Gingerbread Cookies:

3 cups (390 grams) all purpose flour

1/4 teaspoon (1 gram) salt

3/4 teaspoon (3 grams) baking soda

2 teaspoons ground ginger

1 teaspoon ground cinnamon

1/4 teaspoon ground nutmeg

1/4 teaspoon ground cloves

1/2 cup (113 grams) unsalted butter, at room temperature

1/2 cup (100 grams) granulated white sugar

1 large egg, at room temperature

2/3 cup (160 ml) unsulphured molasses (To prevent the molasses from sticking to the measuring cup, first lightly oil or spray the cup with a non stick vegetable spray.)


2 cups (230 grams) confectioners sugar (powdered or icing), sifted

2 tablespoons light corn syrup (can also use liquid glucose or golden syrup)

about 3-4 tablespoons water

food coloring (optional)


Gingerbread Cookies: In a large bowl, sift or whisk together the flour, salt, baking soda, and spices.

In the bowl of your electric stand mixer, fitted with the paddle attachment, (or with a hand mixer), beat the butter and sugar until light and fluffy. Add the egg and molasses and beat until well combined. Scrape down the sides and bottom of your bowl as needed. Gradually add the flour mixture beating until incorporated.

Divide the dough in half and then roll each half between two sheets of lightly floured parchment or wax paper until it is about 1/4 inch (.5 cm) thick. As you roll, periodically check the top and bottom sheets of parchment and smooth out any wrinkles. Place dough on a baking sheet (along with the parchment paper) and place in the refrigerator until firm (this will take at least two hours or overnight).

Once chilled, remove from refrigerator and peel off the top piece of parchment paper. Use a floured cookie cutter to cut out the cookies. With an offset spatula lift the cut out cookies onto a parchment lined baking sheet, spacing the cookies about 1 inch (2.5 cm) apart. Place the baking sheet with the unbaked cookies in the refrigerator to chill while you preheat your oven to 350 degrees F (180 degrees C).

Bake the cookies for about 10 - 14 minutes depending on the size of the cookies. Small ones will take about 8 - 10 minutes, larger cookies will take about 12 - 14 minutes. They are done when they are firm to the touch and the edges are just beginning to brown.

Remove from the oven and place your baking sheet on a wire rack. Let the cookies cool for a couple of minutes in the pan before transferring to a wire rack to cool completely.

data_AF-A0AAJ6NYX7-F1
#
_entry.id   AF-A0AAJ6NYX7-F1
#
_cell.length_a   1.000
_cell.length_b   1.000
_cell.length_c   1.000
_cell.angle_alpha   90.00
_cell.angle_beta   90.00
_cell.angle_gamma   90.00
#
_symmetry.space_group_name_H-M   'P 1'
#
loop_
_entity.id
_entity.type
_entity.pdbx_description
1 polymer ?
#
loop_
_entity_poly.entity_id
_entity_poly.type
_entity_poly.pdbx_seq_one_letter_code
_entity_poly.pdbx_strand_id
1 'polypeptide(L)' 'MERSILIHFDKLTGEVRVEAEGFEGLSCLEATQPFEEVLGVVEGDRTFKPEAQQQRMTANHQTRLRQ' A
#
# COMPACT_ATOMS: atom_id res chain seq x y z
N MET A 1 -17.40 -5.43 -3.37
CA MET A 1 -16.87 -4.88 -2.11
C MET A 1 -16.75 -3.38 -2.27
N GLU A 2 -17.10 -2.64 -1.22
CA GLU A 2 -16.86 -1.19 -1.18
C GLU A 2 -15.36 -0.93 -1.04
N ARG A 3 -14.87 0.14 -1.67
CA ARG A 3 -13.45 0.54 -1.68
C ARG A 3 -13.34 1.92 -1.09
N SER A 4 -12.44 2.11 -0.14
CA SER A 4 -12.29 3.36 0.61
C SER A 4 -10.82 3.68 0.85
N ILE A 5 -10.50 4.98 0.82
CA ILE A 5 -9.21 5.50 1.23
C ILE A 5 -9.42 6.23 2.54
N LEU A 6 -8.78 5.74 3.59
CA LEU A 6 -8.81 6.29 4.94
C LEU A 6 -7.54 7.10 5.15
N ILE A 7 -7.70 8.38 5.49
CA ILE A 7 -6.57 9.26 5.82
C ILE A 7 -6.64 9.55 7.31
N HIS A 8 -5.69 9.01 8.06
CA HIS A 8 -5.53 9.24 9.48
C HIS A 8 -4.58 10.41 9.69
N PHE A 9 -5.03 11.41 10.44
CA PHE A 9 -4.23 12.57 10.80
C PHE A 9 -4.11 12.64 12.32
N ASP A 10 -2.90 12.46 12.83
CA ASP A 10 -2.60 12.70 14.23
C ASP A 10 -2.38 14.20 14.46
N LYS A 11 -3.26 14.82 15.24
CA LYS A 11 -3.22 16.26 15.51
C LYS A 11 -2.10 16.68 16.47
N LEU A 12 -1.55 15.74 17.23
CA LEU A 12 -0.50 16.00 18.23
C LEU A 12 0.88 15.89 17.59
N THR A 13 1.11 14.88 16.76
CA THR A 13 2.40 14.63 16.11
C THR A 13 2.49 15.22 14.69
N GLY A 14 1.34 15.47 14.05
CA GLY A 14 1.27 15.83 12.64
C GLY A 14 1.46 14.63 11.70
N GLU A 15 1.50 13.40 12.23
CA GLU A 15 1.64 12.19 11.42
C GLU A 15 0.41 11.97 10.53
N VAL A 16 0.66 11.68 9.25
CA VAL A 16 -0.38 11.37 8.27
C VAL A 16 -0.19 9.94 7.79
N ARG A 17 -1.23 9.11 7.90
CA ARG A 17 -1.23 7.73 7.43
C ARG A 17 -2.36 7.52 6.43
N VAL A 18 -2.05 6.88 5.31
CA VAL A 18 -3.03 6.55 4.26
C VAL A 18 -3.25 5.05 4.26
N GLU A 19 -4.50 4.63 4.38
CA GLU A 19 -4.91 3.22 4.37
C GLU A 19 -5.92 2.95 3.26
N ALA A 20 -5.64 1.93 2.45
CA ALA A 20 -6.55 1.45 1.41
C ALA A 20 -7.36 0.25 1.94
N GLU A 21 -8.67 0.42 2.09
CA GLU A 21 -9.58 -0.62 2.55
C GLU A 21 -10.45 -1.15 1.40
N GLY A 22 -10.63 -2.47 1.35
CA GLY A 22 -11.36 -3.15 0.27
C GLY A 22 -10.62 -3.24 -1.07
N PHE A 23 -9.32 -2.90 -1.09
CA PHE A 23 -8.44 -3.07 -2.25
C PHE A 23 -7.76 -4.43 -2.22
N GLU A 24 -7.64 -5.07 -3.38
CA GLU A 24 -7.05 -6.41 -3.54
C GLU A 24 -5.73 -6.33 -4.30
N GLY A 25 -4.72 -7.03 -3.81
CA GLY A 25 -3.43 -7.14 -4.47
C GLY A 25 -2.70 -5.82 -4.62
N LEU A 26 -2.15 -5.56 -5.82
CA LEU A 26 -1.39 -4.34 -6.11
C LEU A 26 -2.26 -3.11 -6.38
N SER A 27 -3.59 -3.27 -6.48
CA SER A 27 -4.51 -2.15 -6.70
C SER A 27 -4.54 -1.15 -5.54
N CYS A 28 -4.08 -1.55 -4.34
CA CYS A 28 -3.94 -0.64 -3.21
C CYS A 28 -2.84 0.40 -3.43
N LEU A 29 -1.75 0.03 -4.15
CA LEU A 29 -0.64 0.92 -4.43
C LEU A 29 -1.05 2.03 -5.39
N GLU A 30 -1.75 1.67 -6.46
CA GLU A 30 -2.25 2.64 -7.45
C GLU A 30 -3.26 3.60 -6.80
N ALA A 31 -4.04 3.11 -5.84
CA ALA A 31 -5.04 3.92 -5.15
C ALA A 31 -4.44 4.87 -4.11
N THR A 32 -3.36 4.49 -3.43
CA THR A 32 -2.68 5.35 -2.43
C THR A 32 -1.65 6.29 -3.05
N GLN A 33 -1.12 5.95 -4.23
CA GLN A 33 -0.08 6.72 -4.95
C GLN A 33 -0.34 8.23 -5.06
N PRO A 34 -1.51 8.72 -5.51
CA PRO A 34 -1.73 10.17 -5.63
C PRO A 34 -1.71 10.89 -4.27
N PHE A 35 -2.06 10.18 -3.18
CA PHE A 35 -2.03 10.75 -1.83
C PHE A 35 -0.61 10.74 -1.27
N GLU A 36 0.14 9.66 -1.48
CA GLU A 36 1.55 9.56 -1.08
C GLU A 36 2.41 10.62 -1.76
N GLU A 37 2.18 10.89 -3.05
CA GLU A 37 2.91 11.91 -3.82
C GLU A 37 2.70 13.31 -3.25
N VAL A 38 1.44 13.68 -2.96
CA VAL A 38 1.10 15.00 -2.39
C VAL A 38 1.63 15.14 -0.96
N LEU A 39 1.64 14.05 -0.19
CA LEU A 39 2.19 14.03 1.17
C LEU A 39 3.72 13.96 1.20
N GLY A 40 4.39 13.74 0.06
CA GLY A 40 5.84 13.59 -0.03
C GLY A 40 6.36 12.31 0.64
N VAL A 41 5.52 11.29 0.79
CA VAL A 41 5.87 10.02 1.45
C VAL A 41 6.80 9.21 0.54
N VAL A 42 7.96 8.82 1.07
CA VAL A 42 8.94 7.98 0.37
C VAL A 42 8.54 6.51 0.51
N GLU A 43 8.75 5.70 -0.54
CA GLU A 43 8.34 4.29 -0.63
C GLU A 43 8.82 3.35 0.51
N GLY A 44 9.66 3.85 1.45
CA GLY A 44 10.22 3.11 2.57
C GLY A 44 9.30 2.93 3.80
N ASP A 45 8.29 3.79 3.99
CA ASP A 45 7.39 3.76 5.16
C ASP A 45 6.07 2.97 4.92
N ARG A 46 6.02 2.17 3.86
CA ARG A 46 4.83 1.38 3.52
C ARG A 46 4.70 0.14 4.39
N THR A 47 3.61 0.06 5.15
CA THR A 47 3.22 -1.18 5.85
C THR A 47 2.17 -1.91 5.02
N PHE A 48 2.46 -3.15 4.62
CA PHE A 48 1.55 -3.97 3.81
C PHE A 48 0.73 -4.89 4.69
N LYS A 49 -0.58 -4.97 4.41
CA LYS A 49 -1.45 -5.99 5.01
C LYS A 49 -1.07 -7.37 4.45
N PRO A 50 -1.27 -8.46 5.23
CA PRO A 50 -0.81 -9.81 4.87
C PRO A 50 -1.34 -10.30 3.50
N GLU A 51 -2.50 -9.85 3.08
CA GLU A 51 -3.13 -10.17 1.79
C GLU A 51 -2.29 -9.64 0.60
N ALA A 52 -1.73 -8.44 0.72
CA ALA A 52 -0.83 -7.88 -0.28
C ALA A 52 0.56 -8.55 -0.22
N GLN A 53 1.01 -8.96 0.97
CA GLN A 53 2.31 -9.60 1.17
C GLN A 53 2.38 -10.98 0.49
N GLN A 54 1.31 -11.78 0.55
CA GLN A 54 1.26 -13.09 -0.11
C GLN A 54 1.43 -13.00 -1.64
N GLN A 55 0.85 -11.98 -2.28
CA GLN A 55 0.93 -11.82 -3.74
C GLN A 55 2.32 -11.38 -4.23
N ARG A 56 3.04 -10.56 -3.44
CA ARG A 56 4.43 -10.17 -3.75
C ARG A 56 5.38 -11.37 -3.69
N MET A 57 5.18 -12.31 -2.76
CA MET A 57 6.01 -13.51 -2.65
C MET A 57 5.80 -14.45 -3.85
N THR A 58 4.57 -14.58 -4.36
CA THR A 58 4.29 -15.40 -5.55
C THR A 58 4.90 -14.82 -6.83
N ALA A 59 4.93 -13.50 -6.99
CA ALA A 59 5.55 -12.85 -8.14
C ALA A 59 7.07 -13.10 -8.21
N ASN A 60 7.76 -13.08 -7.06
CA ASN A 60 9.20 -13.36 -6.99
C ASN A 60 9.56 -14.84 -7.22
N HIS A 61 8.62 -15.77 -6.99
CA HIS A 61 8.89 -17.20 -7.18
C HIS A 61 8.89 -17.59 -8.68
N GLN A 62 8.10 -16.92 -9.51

Glaze: Place the sifted confectioners sugar in a bowl. Stir in the corn syrup and about 3 tablespoons of the water. Check the consistency and add more water if needed to have the glaze at a spreading consistency. Stir in food coloring if using.

Using an offset spatula or the back of a spoon, spread the glaze onto the cookies. Place on a wire rack and let the glaze dry. This may take several hours. Once the glaze has completely dried, the cookies can be stored in an airtight container at room temperature.

Makes about 20 - 5 inch Cookies.


Gingerbread Cookies are wonderfully fragrant with the flavors of molasses, ground ginger, cinnamon, nutmeg and cloves. They make perfect cut-out cookies as they keep their shape when baked. For Fall, I like to make pumpkin shaped cookies and frost them with an orange glaze. If you like your Gingerbread Cookies on the soft side bake them a little less than the recipe states. The longer they bake the cookies, the harder they will become.

In England and North America, we usually make our gingerbread with treacle or molasses. Ground ginger and cinnamon are almost always present, with sometimes ground cloves and nutmeg. There are two types of molasses generally used in making gingerbread: light and dark. Light unsulfured molasses, used in this recipe, comes from the first boiling of the sugar syrup and is lighter in flavor and color than the dark molasses. Dark molasses comes from the second boiling and is darker in color with a more robust flavor. Molasses is usually labeled as "sulphured" or "unsulphured" depending on whether sulphur was used in the processing. The unsulphured molasses is lighter in color and I think it has a nicer flavor. Molasses is used in baked goods to add color, moistness, and flavor.

Now, you don't have to frost these cookies as they are excellent on their own. But they do look and taste great when covered in either a glaze (used here) or royal icing. I really like using this glaze as it's easy to make, easy to use, tastes good, and dries to a hard finish.